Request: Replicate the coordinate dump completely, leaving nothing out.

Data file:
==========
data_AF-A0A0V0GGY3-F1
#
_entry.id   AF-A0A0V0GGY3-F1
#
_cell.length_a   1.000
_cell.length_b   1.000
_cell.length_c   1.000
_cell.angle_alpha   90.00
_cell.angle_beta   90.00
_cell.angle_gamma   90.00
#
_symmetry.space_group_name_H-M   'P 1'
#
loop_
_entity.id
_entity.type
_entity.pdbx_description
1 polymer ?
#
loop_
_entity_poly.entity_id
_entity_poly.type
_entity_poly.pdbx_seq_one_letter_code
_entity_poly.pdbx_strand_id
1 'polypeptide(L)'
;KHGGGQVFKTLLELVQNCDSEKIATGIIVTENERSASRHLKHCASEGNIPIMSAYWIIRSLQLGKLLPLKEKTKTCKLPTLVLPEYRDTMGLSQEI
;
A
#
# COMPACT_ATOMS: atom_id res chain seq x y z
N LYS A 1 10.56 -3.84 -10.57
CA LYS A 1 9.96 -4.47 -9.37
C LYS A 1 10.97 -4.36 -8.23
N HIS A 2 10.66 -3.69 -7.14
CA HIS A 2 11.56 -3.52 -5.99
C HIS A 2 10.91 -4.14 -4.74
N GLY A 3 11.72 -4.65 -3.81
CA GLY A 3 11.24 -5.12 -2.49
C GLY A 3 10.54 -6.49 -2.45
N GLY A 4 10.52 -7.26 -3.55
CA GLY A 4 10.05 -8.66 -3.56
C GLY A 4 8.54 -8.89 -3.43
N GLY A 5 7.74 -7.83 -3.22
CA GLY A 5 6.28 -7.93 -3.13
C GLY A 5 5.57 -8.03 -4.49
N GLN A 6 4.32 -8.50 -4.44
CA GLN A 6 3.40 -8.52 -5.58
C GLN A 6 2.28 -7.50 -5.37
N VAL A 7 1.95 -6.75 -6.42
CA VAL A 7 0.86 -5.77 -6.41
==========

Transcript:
data_AF-A0A0V0GGY3-F1
#
_entry.id   AF-A0A0V0GGY3-F1
#
_cell.length_a   1.000
_cell.length_b   1.000
_cell.length_c   1.000
_cell.angle_alpha   90.00
_cell.angle_beta   90.00
_cell.angle_gamma   90.00
#
_symmetry.space_group_name_H-M   'P 1'
#
loop_
_entity.id
_entity.type
_entity.pdbx_description
1 polymer ?
#
loop_
_entity_poly.entity_id
_entity_poly.type
_entity_poly.pdbx_seq_one_letter_code
_entity_poly.pdbx_strand_id
1 'polypeptide(L)'
;KHGGGQVFKTLLELVQNCDSEKIATGIIVTENERSASRHLKHCASEGNIPIMSAYWIIRSLQLGKLLPLKEKTKTCKLPTLVLPEYRDTMGLSQEI
;
A
#
# COMPACT_ATOMS: atom_id res chain seq x y z
N LYS A 1 10.56 -3.84 -10.57
CA LYS A 1 9.96 -4.47 -9.37
C LYS A 1 10.97 -4.36 -8.23
N HIS A 2 10.66 -3.69 -7.14
CA HIS A 2 11.56 -3.52 -5.99
C HIS A 2 10.91 -4.14 -4.74
N GLY A 3 11.72 -4.65 -3.81
CA GLY A 3 11.24 -5.12 -2.49
C GLY A 3 10.54 -6.49 -2.45
N GLY A 4 10.52 -7.26 -3.55
CA GLY A 4 10.05 -8.66 -3.56
C GLY A 4 8.54 -8.89 -3.43
N GLY A 5 7.74 -7.83 -3.22
CA GLY A 5 6.28 -7.93 -3.13
C GLY A 5 5.57 -8.03 -4.49
N GLN A 6 4.32 -8.50 -4.44
CA GLN A 6 3.40 -8.52 -5.58
C GLN A 6 2.28 -7.50 -5.37
N VAL A 7 1.95 -6.75 -6.42
CA VAL A 7 0.86 -5.77 -6.41